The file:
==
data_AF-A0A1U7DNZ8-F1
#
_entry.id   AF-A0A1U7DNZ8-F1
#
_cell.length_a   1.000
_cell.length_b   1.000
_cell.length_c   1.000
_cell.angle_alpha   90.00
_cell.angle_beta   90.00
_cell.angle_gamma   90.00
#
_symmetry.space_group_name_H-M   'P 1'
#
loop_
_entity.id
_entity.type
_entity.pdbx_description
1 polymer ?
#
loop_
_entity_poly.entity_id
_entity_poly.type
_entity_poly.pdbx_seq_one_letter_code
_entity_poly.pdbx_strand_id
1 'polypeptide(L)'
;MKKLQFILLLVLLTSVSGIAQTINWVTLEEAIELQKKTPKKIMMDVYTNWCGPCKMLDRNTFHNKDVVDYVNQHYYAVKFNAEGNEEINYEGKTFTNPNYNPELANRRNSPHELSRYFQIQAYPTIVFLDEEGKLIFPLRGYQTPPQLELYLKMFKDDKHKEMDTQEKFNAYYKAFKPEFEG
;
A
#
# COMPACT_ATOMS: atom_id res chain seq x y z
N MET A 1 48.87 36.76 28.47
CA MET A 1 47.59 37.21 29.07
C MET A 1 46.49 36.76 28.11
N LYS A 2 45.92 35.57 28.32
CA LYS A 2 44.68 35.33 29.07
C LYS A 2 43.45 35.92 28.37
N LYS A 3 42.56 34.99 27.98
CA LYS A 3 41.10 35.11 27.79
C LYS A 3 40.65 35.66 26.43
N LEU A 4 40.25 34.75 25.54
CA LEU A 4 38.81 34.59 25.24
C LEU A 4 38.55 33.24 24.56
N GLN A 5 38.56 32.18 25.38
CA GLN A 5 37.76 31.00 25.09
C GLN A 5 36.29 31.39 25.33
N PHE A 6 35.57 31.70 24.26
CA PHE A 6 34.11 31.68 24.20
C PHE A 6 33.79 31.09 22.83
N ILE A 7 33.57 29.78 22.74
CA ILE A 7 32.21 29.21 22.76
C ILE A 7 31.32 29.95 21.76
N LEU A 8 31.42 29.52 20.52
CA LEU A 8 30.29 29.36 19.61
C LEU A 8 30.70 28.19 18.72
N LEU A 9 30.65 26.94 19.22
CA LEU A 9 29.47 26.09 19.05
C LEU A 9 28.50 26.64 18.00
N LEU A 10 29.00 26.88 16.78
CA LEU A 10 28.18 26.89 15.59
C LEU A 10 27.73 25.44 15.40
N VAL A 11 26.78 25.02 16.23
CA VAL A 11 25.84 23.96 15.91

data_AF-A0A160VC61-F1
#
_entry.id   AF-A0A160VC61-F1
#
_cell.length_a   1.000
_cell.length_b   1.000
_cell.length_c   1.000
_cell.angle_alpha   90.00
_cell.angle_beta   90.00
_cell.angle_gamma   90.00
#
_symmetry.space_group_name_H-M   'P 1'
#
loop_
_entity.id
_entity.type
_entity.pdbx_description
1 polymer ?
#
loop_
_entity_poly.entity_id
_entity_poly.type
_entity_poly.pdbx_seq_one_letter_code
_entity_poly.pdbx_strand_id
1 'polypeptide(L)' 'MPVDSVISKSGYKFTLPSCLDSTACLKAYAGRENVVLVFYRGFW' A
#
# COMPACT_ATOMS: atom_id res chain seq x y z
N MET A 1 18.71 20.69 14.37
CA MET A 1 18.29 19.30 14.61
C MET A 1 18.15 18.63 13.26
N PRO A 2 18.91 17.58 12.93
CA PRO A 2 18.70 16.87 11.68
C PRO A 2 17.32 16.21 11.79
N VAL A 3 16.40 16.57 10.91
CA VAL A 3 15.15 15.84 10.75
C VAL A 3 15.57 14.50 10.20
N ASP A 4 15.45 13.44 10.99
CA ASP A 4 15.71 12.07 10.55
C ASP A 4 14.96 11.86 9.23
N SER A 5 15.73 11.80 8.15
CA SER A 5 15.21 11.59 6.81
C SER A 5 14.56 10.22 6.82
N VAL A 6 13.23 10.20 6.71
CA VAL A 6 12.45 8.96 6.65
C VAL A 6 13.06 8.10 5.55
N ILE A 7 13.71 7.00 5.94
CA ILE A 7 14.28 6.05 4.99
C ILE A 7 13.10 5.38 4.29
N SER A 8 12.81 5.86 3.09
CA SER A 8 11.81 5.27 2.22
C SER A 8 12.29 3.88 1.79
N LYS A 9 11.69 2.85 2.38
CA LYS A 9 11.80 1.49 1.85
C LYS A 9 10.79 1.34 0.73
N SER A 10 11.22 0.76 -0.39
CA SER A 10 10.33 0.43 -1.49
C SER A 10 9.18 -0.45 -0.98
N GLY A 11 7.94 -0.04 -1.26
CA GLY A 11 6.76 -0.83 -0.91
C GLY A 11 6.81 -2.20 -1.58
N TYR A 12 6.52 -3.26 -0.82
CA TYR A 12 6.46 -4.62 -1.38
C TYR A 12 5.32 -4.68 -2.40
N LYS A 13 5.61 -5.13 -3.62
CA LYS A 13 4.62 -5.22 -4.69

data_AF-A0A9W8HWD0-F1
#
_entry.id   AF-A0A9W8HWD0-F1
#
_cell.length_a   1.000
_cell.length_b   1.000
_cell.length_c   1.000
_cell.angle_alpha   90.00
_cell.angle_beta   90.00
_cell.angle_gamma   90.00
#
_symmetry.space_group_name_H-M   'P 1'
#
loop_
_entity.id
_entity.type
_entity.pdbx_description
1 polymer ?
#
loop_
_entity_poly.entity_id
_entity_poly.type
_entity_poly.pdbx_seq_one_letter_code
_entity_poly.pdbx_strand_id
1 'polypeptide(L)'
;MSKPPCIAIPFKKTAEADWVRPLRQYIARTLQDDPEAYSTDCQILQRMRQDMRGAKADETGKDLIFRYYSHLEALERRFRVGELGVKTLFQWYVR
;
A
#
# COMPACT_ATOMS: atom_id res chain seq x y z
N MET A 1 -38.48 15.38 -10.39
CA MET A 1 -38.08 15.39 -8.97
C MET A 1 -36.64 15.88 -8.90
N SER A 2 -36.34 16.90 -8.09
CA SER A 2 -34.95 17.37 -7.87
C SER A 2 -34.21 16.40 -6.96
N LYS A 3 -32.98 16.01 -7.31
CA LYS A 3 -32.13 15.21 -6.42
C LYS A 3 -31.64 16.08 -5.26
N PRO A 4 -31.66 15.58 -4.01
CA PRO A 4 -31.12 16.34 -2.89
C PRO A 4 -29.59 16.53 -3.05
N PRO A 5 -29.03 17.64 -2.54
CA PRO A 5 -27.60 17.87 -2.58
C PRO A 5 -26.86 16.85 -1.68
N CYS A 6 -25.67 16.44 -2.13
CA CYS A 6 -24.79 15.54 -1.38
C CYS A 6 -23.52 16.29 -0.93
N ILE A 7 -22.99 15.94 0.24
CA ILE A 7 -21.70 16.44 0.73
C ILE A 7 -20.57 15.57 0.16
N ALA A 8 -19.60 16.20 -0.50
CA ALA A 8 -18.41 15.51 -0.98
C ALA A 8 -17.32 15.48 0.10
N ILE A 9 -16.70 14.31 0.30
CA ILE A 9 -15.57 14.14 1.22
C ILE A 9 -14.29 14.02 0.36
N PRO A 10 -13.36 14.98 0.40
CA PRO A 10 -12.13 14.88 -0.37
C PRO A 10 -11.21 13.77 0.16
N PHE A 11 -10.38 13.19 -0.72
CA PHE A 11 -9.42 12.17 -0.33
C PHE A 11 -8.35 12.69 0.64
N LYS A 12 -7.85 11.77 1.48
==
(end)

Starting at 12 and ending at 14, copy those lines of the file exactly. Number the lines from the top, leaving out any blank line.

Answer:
_symmetry.space_group_name_H-M   'P 1'
#
loop_